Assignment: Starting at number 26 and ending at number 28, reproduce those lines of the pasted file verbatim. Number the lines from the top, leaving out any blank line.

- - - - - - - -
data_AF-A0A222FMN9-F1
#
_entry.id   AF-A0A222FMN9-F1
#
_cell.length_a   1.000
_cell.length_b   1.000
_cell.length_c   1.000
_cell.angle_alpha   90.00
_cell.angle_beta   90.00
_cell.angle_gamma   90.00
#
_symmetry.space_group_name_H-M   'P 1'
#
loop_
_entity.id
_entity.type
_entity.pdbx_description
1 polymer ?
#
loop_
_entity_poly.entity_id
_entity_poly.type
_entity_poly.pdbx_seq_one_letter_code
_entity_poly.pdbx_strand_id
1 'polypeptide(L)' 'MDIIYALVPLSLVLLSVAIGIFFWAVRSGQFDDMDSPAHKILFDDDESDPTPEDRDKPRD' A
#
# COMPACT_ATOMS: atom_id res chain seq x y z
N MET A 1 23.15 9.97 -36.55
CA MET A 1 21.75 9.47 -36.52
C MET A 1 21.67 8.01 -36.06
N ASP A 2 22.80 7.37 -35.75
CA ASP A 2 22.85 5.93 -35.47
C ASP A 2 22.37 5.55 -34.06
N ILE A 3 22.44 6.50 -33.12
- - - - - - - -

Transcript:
#
# COMPACT_ATOMS: atom_id res chain seq x y z
N MET A 1 23.15 9.97 -36.55